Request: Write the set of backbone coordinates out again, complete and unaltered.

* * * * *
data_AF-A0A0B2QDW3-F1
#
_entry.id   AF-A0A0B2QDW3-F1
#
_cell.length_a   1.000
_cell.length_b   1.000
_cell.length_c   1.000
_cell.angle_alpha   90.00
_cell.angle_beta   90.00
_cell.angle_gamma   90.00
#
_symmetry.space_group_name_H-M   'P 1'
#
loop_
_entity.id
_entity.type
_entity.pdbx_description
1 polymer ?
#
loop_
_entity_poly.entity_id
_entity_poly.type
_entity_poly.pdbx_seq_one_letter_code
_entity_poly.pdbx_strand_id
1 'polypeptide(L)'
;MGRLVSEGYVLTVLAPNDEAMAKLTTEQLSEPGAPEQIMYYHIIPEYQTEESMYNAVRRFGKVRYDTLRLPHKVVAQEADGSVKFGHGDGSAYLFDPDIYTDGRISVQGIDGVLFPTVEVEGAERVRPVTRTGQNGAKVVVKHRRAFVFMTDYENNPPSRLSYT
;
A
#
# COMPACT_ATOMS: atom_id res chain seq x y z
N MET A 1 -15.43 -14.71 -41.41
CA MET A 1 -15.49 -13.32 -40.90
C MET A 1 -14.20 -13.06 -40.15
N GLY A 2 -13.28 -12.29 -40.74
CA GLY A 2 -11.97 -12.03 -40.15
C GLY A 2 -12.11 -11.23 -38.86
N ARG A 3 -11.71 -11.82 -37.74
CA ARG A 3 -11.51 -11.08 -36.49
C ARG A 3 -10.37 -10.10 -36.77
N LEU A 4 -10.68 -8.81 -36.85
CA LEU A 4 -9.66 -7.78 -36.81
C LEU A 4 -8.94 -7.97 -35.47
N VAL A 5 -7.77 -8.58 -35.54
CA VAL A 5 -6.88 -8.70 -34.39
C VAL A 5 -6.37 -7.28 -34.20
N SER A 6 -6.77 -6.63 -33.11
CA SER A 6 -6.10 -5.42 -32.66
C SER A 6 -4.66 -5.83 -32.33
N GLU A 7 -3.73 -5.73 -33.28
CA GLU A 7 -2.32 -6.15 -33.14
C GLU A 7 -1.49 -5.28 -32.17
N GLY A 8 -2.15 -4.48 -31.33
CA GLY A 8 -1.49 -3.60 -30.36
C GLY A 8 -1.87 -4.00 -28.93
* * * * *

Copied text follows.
data_AF-A0A0B2QDW3-F1
#
_entry.id   AF-A0A0B2QDW3-F1
#
_cell.length_a   1.000
_cell.length_b   1.000
_cell.length_c   1.000
_cell.angle_alpha   90.00
_cell.angle_beta   90.00
_cell.angle_gamma   90.00
#
_symmetry.space_group_name_H-M   'P 1'
#
loop_
_entity.id
_entity.type
_entity.pdbx_description
1 polymer ?
#
loop_
_entity_poly.entity_id
_entity_poly.type
_entity_poly.pdbx_seq_one_letter_code
_entity_poly.pdbx_strand_id
1 'polypeptide(L)'
;MGRLVSEGYVLTVLAPNDEAMAKLTTEQLSEPGAPEQIMYYHIIPEYQTEESMYNAVRRFGKVRYDTLRLPHKVVAQEADGSVKFGHGDGSAYLFDPDIYTDGRISVQGIDGVLFPTVEVEGAERVRPVTRTGQNGAKVVVKHRRAFVFMTDYENNPPSRLSYT
;
A
#
# COMPACT_ATOMS: atom_id res chain seq x y z
N MET A 1 -15.43 -14.71 -41.41
CA MET A 1 -15.49 -13.32 -40.90
C MET A 1 -14.20 -13.06 -40.15
N GLY A 2 -13.28 -12.29 -40.74
CA GLY A 2 -11.97 -12.03 -40.15
C GLY A 2 -12.11 -11.23 -38.86
N ARG A 3 -11.71 -11.82 -37.74
CA ARG A 3 -11.51 -11.08 -36.49
C ARG A 3 -10.37 -10.10 -36.77
N LEU A 4 -10.68 -8.81 -36.85
CA LEU A 4 -9.66 -7.78 -36.81
C LEU A 4 -8.94 -7.97 -35.47
N VAL A 5 -7.77 -8.58 -35.54
CA VAL A 5 -6.88 -8.70 -34.39
C VAL A 5 -6.37 -7.28 -34.20
N SER A 6 -6.77 -6.63 -33.11
CA SER A 6 -6.10 -5.42 -32.66
C SER A 6 -4.66 -5.83 -32.33
N GLU A 7 -3.73 -5.73 -33.28
CA GLU A 7 -2.32 -6.15 -33.14
C GLU A 7 -1.49 -5.28 -32.17
N GLY A 8 -2.15 -4.48 -31.33
CA GLY A 8 -1.49 -3.60 -30.36
C GLY A 8 -1.87 -4.00 -28.93